I can not have a raffle, because that is considered gaming (gambling).  I can have door prizes (which I can solicit, if I incorporate, or must buy, if I don't), so long as nobody pays.  If I have to purchase my door prizes, and can not charge for raffle tickets, that eats into the profits I don't even know I will make.

Did you know....?  Before I can host a fund raiser, I have to apply for a permit?  That is $20 more (on top of  deposit, incorporation fee - in part 3, and misc costs).

So, I'm thinking....

I can pay the 1/2 deposit.  Send out invitations to friends and family, with the request that they pass the invitation along to their friends.  Hopefully, get enough to pay the full deposit and even fill the room.  Not knowing, but hoping.  I can buy a few door prizes (spending money I don't know I'll make) to sweeten the deal, so to speak, make my fundraiser worth attending.  And then, I can ask my guests to make separate donations, based upon their personal financial positions.  I can then, use the raised funds to pay all my incorporation costs.

The problems with this plan are these:  If I don't become tax exempt first, donations are not tax deductible, which I assume will affect donation amounts.  If I don't make enough to incorporate, do I refund the money?  How can I ask for money for a specific purpose, and then not use it as such - which by the way, is "misleading" and illegal.  What if I don't get enough guests, and basically end out having dinner with twenty of my closest friends and family (well, actually it would have to be thirty to cover my freebie guests), and it is costing them $27 per person to benefit nothing?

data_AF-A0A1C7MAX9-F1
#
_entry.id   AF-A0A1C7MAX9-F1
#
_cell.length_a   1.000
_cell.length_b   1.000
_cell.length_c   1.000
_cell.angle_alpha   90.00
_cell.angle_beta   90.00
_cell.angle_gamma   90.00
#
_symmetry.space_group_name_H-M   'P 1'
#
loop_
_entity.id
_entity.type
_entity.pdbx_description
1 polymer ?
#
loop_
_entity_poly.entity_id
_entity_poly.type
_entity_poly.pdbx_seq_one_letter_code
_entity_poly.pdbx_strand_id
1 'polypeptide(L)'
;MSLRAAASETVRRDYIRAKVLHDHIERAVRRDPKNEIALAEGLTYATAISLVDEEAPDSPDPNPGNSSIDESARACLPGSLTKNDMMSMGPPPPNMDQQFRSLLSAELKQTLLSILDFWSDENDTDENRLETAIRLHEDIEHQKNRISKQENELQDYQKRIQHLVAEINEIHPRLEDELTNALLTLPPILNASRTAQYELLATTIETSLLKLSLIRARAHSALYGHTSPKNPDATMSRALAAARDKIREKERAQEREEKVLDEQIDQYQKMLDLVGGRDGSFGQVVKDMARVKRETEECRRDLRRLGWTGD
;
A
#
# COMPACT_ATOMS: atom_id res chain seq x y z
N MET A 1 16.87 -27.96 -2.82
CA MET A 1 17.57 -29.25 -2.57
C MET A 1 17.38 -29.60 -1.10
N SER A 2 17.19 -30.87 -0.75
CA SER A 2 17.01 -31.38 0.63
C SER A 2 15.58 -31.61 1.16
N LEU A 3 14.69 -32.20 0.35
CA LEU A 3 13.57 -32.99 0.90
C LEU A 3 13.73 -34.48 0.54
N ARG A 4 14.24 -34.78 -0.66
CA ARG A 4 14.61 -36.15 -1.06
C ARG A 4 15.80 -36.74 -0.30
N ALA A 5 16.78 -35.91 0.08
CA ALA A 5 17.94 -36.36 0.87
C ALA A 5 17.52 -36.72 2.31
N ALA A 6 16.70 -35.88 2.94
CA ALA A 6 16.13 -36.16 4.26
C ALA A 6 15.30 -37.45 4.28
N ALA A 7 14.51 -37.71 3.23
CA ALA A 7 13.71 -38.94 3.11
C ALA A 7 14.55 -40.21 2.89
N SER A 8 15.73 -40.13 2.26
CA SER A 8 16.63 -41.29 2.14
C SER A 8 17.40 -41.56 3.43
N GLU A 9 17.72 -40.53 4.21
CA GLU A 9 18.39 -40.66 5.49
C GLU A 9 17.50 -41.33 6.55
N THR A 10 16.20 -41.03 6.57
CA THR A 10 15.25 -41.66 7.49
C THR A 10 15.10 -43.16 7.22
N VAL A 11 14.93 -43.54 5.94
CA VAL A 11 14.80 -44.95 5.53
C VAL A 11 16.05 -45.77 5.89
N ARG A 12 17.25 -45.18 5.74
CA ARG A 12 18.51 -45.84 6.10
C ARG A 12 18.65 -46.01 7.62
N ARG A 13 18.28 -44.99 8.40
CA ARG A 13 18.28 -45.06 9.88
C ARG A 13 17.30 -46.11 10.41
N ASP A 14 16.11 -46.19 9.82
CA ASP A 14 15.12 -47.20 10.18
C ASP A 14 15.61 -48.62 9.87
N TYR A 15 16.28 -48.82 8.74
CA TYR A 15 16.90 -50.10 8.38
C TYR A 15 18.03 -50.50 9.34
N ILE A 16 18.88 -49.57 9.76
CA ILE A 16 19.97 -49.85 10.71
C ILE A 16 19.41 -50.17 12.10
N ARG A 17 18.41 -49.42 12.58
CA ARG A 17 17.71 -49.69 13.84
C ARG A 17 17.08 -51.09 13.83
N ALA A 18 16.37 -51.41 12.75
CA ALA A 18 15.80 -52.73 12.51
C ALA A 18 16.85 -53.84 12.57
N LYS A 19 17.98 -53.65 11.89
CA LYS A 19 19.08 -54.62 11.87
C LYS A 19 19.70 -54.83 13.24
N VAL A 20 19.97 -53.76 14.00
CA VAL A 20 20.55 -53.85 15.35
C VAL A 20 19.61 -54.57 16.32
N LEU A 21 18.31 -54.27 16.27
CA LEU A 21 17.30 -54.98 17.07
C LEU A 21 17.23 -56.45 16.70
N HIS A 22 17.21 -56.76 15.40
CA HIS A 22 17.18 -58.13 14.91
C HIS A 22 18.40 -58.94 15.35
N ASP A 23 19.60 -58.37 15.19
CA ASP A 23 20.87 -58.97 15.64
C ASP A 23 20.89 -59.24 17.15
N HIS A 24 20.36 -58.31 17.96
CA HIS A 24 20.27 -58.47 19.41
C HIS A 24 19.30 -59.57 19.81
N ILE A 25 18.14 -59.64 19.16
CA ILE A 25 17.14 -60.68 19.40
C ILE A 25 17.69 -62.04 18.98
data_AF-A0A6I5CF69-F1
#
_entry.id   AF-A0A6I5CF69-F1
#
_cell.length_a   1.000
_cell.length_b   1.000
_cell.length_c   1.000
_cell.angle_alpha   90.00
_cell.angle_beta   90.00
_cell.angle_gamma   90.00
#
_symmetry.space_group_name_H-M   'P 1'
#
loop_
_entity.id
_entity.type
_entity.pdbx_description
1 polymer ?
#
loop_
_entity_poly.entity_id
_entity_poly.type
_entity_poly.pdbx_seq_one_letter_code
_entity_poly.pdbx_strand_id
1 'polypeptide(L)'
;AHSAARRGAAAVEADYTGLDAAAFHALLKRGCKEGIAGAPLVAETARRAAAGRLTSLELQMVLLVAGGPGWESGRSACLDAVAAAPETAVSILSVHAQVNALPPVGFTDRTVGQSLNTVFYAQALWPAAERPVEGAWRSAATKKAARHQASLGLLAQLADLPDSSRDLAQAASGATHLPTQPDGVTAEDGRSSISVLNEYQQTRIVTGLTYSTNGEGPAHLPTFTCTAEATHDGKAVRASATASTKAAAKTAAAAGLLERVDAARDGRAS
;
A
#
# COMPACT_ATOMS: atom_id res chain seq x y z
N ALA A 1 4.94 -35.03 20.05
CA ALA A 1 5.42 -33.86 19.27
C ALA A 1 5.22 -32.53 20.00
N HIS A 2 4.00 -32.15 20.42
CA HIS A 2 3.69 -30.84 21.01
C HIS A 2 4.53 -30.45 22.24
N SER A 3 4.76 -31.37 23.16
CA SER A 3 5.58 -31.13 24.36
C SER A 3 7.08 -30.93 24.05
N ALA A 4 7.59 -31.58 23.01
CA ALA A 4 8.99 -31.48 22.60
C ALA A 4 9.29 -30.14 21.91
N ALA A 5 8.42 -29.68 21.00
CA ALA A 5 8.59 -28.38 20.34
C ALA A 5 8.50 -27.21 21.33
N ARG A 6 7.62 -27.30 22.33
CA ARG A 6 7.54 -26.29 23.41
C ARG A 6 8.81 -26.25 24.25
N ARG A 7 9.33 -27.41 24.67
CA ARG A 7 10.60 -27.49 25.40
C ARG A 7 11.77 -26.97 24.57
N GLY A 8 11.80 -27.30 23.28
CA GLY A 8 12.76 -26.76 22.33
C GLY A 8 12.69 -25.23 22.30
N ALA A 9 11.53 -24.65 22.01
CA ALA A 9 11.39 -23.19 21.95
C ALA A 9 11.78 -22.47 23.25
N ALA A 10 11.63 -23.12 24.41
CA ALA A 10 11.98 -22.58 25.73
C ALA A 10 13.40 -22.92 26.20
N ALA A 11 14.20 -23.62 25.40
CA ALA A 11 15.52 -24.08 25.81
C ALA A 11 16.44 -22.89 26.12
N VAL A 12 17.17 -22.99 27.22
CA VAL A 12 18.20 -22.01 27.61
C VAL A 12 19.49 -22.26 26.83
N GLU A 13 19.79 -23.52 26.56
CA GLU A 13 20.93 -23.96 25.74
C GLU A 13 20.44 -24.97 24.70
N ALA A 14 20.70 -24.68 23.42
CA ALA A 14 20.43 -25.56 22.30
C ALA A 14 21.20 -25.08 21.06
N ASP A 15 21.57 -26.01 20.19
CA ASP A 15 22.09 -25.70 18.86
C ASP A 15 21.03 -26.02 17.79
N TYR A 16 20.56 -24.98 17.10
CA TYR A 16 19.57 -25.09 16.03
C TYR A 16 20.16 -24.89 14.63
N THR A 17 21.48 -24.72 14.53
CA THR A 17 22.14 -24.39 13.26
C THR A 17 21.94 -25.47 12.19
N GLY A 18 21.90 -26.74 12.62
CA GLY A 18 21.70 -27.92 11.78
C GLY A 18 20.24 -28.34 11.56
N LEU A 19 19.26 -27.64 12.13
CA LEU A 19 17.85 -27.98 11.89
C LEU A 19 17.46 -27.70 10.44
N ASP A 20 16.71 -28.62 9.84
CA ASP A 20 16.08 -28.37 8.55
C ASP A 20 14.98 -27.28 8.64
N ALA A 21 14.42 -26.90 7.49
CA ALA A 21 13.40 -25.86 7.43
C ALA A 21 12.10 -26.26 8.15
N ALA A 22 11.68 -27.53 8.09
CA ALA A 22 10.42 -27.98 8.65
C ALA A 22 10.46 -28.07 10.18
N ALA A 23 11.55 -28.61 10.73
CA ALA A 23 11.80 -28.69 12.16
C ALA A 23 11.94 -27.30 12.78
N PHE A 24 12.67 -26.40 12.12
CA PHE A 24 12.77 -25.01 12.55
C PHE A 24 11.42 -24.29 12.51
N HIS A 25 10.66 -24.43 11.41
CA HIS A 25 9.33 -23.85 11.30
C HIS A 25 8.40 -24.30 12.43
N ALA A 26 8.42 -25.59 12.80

So, now I'm thinking....

What am I thinking?!

It Seemed So Simple - part 1

What are the things I wish I had money for?  Let me list just the few that weigh on me today.

1.     Yard Work
Since moving into my (rented) home fourteen years ago, I have been the "keeper of the back yard".  I was the one that trimmed the trees & did the weeding.  I planted the flowers each Spring, prettied up the patio table for BBQ's, and painted the fence in two different greens...two dark, one light, four dark, two light, staggered like that all across the back of the yard.  I used to love my yard.  Since 2007,  I have been unable to keep up with the back yard.  It started with losing the strength of my left arm, after lumpectomy and lymphectomy, followed by mastectomy and six or seven other surgeries related to my cancer.  It continued with chemo fatigue and various side effect related pains.  And, this summer, sore but feeling ok, I look at my yard and realize that it will never recover from my cancer.

Several trees have grown very large.  I truly love them.  They give me shade and privacy.  But, they need more help than I can provide.  They knocked down most of my beautiful green fence years ago, which still lays on the ground, rotting and covered with ivy, which has traveled over from an unknown neighbor's yard, and is in the process of taking over my yard, inch by inch, foot by foot.  Believe it or not, the neighbor behind me thinks the ivy has originated with me, and has suggested that I help with clearing out his yard.